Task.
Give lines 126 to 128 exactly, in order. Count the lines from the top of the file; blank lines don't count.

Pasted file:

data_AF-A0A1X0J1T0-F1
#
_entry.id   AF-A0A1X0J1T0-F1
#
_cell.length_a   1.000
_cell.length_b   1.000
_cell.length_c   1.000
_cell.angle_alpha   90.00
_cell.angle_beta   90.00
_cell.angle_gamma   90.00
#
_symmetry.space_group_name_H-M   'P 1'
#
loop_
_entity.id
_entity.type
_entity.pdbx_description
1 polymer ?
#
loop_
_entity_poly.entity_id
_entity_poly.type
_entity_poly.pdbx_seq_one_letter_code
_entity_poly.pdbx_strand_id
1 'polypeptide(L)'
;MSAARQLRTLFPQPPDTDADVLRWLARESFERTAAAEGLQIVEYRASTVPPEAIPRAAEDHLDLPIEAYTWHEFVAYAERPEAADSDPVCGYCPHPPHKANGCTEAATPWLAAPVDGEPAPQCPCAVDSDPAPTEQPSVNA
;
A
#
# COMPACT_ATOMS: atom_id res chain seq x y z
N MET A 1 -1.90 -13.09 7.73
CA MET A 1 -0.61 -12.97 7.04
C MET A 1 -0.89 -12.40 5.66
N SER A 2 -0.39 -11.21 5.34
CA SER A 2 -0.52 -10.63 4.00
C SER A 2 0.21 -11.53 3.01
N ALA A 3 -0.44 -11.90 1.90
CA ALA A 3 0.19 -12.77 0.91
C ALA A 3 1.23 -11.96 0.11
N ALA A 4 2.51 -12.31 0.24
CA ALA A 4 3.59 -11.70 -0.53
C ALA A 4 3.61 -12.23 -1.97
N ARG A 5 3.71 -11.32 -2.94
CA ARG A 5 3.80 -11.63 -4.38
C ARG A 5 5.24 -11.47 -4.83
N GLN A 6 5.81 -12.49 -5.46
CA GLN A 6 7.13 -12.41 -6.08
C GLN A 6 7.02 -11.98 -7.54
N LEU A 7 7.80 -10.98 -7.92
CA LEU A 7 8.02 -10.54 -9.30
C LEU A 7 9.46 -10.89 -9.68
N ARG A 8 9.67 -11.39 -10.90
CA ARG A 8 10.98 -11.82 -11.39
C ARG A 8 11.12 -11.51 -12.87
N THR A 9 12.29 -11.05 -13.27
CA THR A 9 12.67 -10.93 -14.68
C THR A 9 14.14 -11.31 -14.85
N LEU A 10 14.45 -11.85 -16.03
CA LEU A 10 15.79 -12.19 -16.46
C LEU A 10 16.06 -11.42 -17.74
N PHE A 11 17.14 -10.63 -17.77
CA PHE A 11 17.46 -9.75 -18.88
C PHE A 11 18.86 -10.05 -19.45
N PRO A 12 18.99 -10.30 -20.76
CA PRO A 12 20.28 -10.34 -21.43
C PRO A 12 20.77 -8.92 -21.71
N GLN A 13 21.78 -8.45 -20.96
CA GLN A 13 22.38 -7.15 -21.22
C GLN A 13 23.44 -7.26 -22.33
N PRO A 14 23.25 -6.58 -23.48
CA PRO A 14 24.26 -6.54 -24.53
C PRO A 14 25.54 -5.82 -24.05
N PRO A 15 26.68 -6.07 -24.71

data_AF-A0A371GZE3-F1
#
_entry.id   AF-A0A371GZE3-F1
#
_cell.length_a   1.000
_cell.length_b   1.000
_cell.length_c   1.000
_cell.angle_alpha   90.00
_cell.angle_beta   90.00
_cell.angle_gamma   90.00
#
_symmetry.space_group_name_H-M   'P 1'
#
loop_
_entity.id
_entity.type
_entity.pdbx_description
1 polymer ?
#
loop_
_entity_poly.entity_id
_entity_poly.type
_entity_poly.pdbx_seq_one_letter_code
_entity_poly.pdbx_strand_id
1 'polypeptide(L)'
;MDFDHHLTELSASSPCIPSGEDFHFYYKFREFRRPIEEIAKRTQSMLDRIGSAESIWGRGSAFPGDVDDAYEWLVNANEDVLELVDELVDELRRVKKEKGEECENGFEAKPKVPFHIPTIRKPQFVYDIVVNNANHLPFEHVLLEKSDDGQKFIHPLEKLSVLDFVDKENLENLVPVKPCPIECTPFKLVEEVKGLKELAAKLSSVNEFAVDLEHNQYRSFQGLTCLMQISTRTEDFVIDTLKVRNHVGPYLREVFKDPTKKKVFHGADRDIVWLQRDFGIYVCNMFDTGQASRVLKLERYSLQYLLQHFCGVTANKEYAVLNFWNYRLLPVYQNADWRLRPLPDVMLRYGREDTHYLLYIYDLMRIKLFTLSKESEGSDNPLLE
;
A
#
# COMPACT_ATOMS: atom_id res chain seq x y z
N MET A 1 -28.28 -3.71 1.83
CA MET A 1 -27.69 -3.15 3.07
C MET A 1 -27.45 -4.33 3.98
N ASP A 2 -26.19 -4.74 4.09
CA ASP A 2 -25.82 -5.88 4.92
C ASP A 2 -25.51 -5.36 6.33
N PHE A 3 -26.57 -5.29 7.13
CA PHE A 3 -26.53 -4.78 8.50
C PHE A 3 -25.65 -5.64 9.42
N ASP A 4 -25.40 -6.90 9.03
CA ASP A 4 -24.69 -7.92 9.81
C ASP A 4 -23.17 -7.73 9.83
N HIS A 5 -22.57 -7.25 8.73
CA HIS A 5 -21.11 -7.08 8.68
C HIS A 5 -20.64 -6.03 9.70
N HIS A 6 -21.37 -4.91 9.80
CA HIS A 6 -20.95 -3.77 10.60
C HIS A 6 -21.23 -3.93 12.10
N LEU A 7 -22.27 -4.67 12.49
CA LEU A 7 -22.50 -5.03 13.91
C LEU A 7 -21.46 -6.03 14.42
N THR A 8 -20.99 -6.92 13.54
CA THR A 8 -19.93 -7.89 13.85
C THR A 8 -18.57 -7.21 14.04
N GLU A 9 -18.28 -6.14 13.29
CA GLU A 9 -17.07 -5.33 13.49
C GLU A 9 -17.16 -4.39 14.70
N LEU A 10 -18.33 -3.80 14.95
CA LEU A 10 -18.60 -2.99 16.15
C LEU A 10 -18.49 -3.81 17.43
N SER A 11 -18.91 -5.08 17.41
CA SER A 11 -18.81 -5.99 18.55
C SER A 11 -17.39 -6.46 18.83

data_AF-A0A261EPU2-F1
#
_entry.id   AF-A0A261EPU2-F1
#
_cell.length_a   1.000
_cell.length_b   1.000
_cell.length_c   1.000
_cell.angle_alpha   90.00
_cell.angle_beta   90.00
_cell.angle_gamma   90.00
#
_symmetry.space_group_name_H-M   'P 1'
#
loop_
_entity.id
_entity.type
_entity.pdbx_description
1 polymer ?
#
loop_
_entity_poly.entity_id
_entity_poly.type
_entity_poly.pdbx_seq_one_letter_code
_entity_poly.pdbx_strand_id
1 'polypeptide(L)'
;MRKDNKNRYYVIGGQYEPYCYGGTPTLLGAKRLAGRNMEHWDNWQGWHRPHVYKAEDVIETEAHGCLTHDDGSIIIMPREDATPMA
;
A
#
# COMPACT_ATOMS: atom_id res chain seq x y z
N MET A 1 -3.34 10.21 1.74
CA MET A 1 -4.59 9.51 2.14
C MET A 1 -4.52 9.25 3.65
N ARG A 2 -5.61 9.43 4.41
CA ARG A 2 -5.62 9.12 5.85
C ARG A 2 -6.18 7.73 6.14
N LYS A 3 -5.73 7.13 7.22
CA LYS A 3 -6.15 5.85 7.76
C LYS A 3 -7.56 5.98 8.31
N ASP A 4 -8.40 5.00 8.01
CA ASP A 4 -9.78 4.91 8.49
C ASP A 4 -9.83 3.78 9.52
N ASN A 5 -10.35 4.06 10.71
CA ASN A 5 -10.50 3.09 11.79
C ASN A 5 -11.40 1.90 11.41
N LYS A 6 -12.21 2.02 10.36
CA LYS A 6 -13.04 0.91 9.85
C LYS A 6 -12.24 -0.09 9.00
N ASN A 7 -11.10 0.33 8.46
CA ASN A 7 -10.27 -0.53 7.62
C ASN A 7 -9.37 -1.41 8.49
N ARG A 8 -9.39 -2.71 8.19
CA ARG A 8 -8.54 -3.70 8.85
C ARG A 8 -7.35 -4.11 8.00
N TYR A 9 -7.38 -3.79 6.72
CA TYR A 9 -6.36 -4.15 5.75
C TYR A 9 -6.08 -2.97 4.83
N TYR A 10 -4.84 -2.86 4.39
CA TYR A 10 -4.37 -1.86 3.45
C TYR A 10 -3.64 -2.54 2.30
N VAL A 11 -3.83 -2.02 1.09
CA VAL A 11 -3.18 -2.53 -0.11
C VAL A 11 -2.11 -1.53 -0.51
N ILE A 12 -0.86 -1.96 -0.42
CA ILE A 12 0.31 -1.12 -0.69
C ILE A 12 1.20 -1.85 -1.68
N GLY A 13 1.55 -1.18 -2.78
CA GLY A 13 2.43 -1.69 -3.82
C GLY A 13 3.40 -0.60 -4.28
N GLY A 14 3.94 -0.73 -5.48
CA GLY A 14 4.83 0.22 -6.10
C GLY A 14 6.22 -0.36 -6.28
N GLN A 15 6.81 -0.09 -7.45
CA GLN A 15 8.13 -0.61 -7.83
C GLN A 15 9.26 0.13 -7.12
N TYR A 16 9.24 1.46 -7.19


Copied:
CA THR A 8 -19.93 -7.89 13.85
C THR A 8 -18.57 -7.21 14.04
N GLU A 9 -18.28 -6.14 13.29